2 Corinthians 9:14
And by their prayer for you, which long after you for the exceeding grace of God in you.
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EXPOSITORY (ENGLISH BIBLE)
(14) And by their prayer for you, which long after you.—The structure of the Greek is again ungrammatical, but the following gives a somewhat more accurate representation: And while they long after you, in supplication for you, on account of the exceeding grace of God that rests on you. He seems half lost in his anticipations of what will follow when he hands over the contributions of the Gentiles to the “saints” at Jerusalem. Their utterance of praise and thanksgiving will, he is sure, be followed by a yearning prayer of intercession for their benefactors.

9:6-15 Money bestowed in charity, may to the carnal mind seem thrown away, but when given from proper principles, it is seed sown, from which a valuable increase may be expected. It should be given carefully. Works of charity, like other good works, should be done with thought and design. Due thought, as to our circumstances, and those we are about to relieve, will direct our gifts for charitable uses. Help should be given freely, be it more or less; not grudgingly, but cheerfully. While some scatter, and yet increase; others withhold more than is meet, and it tends to poverty. If we had more faith and love, we should waste less on ourselves, and sow more in hope of a plentiful increase. Can a man lose by doing that with which God is pleased? He is able to make all grace abound towards us, and to abound in us; to give a large increase of spiritual and of temporal good things. He can make us to have enough in all things; and to be content with what we have. God gives not only enough for ourselves, but that also wherewith we may supply the wants of others, and this should be as seed to be sown. We must show the reality of our subjection to the gospel, by works of charity. This will be for the credit of our profession, and to the praise and glory of God. Let us endeavour to copy the example of Christ, being unwearied in doing good, and deeming it more blessed to give than to receive. Blessed be God for the unspeakable gift of his grace, whereby he enables and inclines some of his people to bestow upon others, and others to be grateful for it; and blessed be his glorious name to all eternity, for Jesus Christ, that inestimable gift of his love, through whom this and every other good thing, pertaining to life and godliness, are freely given unto us, beyond all expression, measure, or bounds.And by their prayer for you - On the grammatical construction of this difficult verse, Doddridge and Bloomfield may be consulted. It is probably to be taken in connection with 2 Corinthians 9:12, and 2 Corinthians 9:13 is a parenthesis. Thus interpreted, the sense will be, "The administration of this service 2 Corinthians 9:12 will produce abundant thanks to God. It will also 2 Corinthians 9:14 produce another effect. It will tend to excite the prayers of the saints for you, and thus produce important benefits to yourselves. They will earnestly desire your welfare, they will anxiously pray to be united in Christian friendship with those who have been so signally endowed with the grace of God." The sentiment is, that charity should be shown to poor and afflicted Christians because it will lead them to pray for us and to desire our welfare. The prayers of the poorest Christian for us are worth more than all we usually bestow on them in charity; and he who has secured the pleadings of a child of God, however humble, in his behalf, has made a good use of his money.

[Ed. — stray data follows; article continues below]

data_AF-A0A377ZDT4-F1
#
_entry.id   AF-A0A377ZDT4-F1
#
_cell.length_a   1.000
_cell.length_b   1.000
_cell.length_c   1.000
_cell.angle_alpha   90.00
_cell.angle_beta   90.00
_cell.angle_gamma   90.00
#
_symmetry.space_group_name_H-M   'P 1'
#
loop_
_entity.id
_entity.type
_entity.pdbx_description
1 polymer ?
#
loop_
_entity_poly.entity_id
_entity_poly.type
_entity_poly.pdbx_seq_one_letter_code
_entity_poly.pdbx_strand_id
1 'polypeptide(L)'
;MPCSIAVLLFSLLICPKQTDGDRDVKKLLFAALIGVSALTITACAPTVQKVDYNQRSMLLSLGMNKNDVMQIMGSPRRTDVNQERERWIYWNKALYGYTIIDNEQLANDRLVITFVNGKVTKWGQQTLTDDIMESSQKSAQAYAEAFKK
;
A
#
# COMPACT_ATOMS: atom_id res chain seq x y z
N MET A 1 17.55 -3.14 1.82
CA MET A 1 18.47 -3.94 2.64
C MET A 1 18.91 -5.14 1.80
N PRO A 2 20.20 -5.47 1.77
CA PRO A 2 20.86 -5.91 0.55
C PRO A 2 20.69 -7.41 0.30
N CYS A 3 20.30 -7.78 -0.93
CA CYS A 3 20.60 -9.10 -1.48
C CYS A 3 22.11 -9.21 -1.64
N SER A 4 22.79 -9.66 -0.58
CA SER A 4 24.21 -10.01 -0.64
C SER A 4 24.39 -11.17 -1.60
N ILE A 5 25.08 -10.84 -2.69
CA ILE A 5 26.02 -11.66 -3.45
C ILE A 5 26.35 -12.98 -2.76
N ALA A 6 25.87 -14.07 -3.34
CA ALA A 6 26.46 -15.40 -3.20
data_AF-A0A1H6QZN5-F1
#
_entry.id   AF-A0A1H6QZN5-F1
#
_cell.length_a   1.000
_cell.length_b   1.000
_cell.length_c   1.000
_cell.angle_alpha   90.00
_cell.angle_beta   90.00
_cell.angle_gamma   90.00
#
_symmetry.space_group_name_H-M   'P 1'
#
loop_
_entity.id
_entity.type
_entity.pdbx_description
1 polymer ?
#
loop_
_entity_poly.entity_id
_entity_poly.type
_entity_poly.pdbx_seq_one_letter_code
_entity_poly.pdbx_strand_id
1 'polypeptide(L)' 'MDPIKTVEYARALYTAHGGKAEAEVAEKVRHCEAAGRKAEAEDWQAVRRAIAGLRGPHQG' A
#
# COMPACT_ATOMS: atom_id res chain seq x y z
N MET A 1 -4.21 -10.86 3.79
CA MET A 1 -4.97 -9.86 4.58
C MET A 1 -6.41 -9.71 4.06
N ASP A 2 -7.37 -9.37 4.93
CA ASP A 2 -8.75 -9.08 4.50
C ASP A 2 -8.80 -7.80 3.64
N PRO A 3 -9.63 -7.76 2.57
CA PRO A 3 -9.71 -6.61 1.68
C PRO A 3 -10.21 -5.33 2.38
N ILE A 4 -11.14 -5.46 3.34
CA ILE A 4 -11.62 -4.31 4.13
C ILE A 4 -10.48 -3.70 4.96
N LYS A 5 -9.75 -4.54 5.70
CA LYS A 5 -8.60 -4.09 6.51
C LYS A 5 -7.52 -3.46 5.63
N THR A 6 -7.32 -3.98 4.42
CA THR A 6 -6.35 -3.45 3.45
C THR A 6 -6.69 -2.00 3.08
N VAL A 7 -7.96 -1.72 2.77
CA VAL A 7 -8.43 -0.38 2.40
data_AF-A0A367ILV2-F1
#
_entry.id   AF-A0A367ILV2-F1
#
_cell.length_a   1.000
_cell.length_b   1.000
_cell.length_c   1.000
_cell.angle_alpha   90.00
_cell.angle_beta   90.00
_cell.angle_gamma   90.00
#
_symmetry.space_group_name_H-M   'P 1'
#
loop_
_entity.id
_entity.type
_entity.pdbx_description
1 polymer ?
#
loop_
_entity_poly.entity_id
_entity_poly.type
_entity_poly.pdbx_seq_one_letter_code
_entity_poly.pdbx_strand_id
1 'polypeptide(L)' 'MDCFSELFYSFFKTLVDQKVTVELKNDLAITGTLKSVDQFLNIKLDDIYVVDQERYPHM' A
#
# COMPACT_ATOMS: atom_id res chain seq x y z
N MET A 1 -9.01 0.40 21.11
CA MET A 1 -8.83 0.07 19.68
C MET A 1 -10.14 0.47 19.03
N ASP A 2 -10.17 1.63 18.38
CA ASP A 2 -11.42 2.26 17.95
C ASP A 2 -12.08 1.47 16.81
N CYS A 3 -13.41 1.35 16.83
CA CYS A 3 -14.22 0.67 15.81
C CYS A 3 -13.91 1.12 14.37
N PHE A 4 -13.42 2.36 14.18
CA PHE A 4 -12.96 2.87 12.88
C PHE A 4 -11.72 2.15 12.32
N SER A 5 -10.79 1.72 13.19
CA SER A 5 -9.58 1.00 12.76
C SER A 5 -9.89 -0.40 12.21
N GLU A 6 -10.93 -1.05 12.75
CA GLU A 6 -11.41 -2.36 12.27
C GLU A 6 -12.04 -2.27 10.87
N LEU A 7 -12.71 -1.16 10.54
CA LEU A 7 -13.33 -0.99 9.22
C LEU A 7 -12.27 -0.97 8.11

Which long after you - Who earnestly desire to see and know you. Who will sincerely desire your welfare, and who will thus be led to pray for you.